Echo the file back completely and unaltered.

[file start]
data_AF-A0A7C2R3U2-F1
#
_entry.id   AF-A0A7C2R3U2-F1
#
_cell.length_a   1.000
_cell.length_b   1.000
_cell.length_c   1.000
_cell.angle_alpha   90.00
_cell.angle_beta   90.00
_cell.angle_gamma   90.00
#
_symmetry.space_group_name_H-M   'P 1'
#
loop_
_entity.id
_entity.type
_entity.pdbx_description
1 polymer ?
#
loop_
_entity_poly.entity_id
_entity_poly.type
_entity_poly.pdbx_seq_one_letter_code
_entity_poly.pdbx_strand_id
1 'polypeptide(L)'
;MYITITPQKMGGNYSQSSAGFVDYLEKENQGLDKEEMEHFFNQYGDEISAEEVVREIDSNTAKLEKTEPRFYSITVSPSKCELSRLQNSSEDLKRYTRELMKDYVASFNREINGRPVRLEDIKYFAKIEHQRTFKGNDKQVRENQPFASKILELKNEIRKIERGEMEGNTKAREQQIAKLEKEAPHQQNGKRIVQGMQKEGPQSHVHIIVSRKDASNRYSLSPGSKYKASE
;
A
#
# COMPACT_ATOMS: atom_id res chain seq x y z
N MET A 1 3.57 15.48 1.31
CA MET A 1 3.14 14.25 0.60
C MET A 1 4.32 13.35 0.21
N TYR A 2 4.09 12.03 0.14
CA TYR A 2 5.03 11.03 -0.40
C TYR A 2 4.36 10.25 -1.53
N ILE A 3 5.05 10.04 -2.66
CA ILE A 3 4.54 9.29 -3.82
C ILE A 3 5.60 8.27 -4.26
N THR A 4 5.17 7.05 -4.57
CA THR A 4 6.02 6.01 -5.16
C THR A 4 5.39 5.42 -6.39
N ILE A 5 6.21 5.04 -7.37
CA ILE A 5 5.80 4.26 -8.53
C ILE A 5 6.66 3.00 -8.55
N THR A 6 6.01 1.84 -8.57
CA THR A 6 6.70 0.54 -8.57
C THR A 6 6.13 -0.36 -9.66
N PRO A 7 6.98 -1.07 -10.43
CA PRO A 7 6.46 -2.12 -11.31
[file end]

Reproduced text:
data_AF-A0A7C2R3U2-F1
#
_entry.id   AF-A0A7C2R3U2-F1
#
_cell.length_a   1.000
_cell.length_b   1.000
_cell.length_c   1.000
_cell.angle_alpha   90.00
_cell.angle_beta   90.00
_cell.angle_gamma   90.00
#
_symmetry.space_group_name_H-M   'P 1'
#
loop_
_entity.id
_entity.type
_entity.pdbx_description
1 polymer ?
#
loop_
_entity_poly.entity_id
_entity_poly.type
_entity_poly.pdbx_seq_one_letter_code
_entity_poly.pdbx_strand_id
1 'polypeptide(L)'
;MYITITPQKMGGNYSQSSAGFVDYLEKENQGLDKEEMEHFFNQYGDEISAEEVVREIDSNTAKLEKTEPRFYSITVSPSKCELSRLQNSSEDLKRYTRELMKDYVASFNREINGRPVRLEDIKYFAKIEHQRTFKGNDKQVRENQPFASKILELKNEIRKIERGEMEGNTKAREQQIAKLEKEAPHQQNGKRIVQGMQKEGPQSHVHIIVSRKDASNRYSLSPGSKYKASE
;
A
#
# COMPACT_ATOMS: atom_id res chain seq x y z
N MET A 1 3.57 15.48 1.31
CA MET A 1 3.14 14.25 0.60
C MET A 1 4.32 13.35 0.21
N TYR A 2 4.09 12.03 0.14
CA TYR A 2 5.03 11.03 -0.40
C TYR A 2 4.36 10.25 -1.53
N ILE A 3 5.05 10.04 -2.66
CA ILE A 3 4.54 9.29 -3.82
C ILE A 3 5.60 8.27 -4.26
N THR A 4 5.17 7.05 -4.57
CA THR A 4 6.02 6.01 -5.16
C THR A 4 5.39 5.42 -6.39
N ILE A 5 6.21 5.04 -7.37
CA ILE A 5 5.80 4.26 -8.53
C ILE A 5 6.66 3.00 -8.55
N THR A 6 6.01 1.84 -8.57
CA THR A 6 6.70 0.54 -8.57
C THR A 6 6.13 -0.36 -9.66
N PRO A 7 6.98 -1.07 -10.43
CA PRO A 7 6.46 -2.12 -11.31